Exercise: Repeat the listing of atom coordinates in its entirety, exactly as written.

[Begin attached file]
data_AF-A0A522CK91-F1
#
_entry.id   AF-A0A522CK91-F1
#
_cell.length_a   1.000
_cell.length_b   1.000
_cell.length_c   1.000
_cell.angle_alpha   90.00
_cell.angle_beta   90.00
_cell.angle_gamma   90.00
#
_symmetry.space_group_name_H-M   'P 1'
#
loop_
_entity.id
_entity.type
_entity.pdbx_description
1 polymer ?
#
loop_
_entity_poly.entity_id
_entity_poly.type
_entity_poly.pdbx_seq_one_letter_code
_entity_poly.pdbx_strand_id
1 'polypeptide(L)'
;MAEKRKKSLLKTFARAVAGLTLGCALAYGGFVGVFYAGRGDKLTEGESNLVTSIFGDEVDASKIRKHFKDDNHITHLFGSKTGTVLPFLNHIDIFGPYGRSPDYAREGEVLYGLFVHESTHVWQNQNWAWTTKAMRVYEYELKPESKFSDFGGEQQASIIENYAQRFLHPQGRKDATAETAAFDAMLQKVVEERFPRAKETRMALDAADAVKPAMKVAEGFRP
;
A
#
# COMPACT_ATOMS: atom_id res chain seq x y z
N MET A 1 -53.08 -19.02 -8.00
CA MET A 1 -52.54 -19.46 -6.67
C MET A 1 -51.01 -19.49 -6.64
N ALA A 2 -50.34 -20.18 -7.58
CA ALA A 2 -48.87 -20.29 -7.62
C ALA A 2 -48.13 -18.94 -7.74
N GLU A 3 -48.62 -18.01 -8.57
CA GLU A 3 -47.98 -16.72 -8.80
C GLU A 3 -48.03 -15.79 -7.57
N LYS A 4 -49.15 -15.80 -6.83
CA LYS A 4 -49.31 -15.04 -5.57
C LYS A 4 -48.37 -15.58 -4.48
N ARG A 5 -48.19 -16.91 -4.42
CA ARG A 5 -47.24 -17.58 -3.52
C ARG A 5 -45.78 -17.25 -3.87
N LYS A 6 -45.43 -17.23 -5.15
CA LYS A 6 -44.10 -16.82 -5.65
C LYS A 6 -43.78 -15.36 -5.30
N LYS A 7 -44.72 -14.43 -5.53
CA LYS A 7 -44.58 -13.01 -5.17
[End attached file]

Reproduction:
data_AF-A0A522CK91-F1
#
_entry.id   AF-A0A522CK91-F1
#
_cell.length_a   1.000
_cell.length_b   1.000
_cell.length_c   1.000
_cell.angle_alpha   90.00
_cell.angle_beta   90.00
_cell.angle_gamma   90.00
#
_symmetry.space_group_name_H-M   'P 1'
#
loop_
_entity.id
_entity.type
_entity.pdbx_description
1 polymer ?
#
loop_
_entity_poly.entity_id
_entity_poly.type
_entity_poly.pdbx_seq_one_letter_code
_entity_poly.pdbx_strand_id
1 'polypeptide(L)'
;MAEKRKKSLLKTFARAVAGLTLGCALAYGGFVGVFYAGRGDKLTEGESNLVTSIFGDEVDASKIRKHFKDDNHITHLFGSKTGTVLPFLNHIDIFGPYGRSPDYAREGEVLYGLFVHESTHVWQNQNWAWTTKAMRVYEYELKPESKFSDFGGEQQASIIENYAQRFLHPQGRKDATAETAAFDAMLQKVVEERFPRAKETRMALDAADAVKPAMKVAEGFRP
;
A
#
# COMPACT_ATOMS: atom_id res chain seq x y z
N MET A 1 -53.08 -19.02 -8.00
CA MET A 1 -52.54 -19.46 -6.67
C MET A 1 -51.01 -19.49 -6.64
N ALA A 2 -50.34 -20.18 -7.58
CA ALA A 2 -48.87 -20.29 -7.62
C ALA A 2 -48.13 -18.94 -7.74
N GLU A 3 -48.62 -18.01 -8.57
CA GLU A 3 -47.98 -16.72 -8.80
C GLU A 3 -48.03 -15.79 -7.57
N LYS A 4 -49.15 -15.80 -6.83
CA LYS A 4 -49.31 -15.04 -5.57
C LYS A 4 -48.37 -15.58 -4.48
N ARG A 5 -48.19 -16.91 -4.42
CA ARG A 5 -47.24 -17.58 -3.52
C ARG A 5 -45.78 -17.25 -3.87
N LYS A 6 -45.43 -17.23 -5.15
CA LYS A 6 -44.10 -16.82 -5.65
C LYS A 6 -43.78 -15.36 -5.30
N LYS A 7 -44.72 -14.43 -5.53
CA LYS A 7 -44.58 -13.01 -5.17